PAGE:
How To Choose the Right Cymbals
by Daniel Glass
Although they often play second fiddle to the drums, your cymbals are just as important in defining you as a player. Put as much care into choosing them as you would a new kit, a new car, or any other "serious" purchase. Here are a few things to keep in mind when preparing to bring a new cymbal into the fold.
Before actually heading to a music store or perusing the classifieds, make sure to do the following:
1. Decide what type of cymbals will best support you as a player—the sizes, thickness and brightness that are typical for the type of gigs you do. If a Tony Williams vibe is what you're after, then you'll need a heavy jazz ride that can provide good stick definition. If you want that Dave Grohl sound, you'll need to invest in a ride cymbal that can also be crashed. If you're a freelancer who plays in any number of styles, it's important to have a variety of sizes and weights to select from. But don' t go overboard, a good drummer should be able to draw music out of any cymbal.
2. Educate yourself. These days, options abound like never before, and stores are full of brands and styles that have very specialized purposes. Choice is a great thing, but it can also be confusing. Read product reviews in drum magazines. Find out what your favorite players are using. Most importantly, talk with other drummers—your peers, a teacher, a more experienced player. Once inside the store, don't be afraid to pull a salesperson aside and ask their opinion as well. It's what they're there for.
Once you've narrowed your choices down, keep the following in mind:
3. Whenever possible, make sure that you play any prospective cymbal before buying it. This may sound obvious, but many younger drummers assume that all 16" crashes sound alike or that a 22" ride is an acceptable substitute for a 20", etc. Listen to advice, but don't assume that someone else's favorite cymbal will automatically work for you.
4. Make sure you play prospective cymbals at a drum set. A cymbal might sound great when it's being hit on the display stand, but does it have the resonance you want in the context of a groove or the punch you expect when it's crashed in tandem with the bass drum? You won't know unless you try it all together.
5. Test out new cymbals in conjunction with your existing setup. As with the strings on a guitar, your cymbals should mesh sonically as a set, so don't feel afraid to bring your cymbal bag with you when you buy. Most music superstores like Guitar Center have "cymbal testing rooms" for just this purpose. Take advantage of them!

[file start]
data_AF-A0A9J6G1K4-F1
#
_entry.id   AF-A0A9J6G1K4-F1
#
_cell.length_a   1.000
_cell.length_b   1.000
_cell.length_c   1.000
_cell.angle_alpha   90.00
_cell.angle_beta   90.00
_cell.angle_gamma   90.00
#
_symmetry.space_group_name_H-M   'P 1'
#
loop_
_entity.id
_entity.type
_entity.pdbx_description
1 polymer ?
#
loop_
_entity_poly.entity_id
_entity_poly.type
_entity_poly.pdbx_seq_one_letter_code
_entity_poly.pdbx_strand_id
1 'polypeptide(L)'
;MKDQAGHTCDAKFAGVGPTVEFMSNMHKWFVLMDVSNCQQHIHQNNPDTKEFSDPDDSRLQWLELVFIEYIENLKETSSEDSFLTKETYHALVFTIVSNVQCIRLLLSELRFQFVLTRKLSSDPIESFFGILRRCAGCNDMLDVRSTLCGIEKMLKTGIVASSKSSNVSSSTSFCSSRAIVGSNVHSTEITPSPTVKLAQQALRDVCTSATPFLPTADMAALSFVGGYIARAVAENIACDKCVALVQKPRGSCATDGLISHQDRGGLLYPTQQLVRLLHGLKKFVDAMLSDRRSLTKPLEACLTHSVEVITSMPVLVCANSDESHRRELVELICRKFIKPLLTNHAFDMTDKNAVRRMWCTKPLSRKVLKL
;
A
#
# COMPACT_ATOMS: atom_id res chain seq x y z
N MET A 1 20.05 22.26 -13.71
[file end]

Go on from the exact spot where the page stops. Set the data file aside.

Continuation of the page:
6. Explore every aspect of a cymbal's capabilities. Crash it (even if it's a ride), ride it (even if it's a crash), check the bell, hit it with both ends of a stick. Note the decay time for crashes. Determine how much of an overtone "wash" builds up when you play time on rides. Swish hi-hats with your foot in addition to hitting them. Although it may not seem like it, cymbals are finely crafted musical instruments—it's up to you to be fully aware of the array of sounds they can produce.
7. Don't rule out used cymbals. They're not only cheaper, but may have developed a unique and incredible sound from being hit over a period of years. Also, don't feel you need to "clean up" a used cymbal—it may be the grime that gives that cymbal its unique personality. Jim Keltner has described in interviews how he would stomp on new cymbals and throw them down stairwells in an effort to get that "worn in" sound for recording projects.
Here are a couple words of caution to keep in mind:
8. Beware of buying cymbals through the mail. Although mail order catalogs, auction websites, and the like will offer tempting prices, you may end up getting something that sounds very different than what you had originally wanted. If the mail's your only option, make sure there's a quality returns policy. You should never have to feel that you've been "stuck" with something.
9. One final (but extremely important) reminder: Don't buy cymbals because they're pretty!! Although brand name logos, signature series' and glossy magazine ads may influence your preferences in the way of gear, let your ear make the final decision. In the end, the way your equipment sounds, not its appearance, will play a much larger role in getting you toward your musical goals.
Daniel Glass has spent the last seven years spreading the gospel of classic American music with neo-swing pioneers Royal Crown Revue. He is currently at work on a book examining "roots" styles of drumming, to be released by Warner Bros. Publications. To find out more, or to contact Daniel directly, go to his website, www.danielglass.com.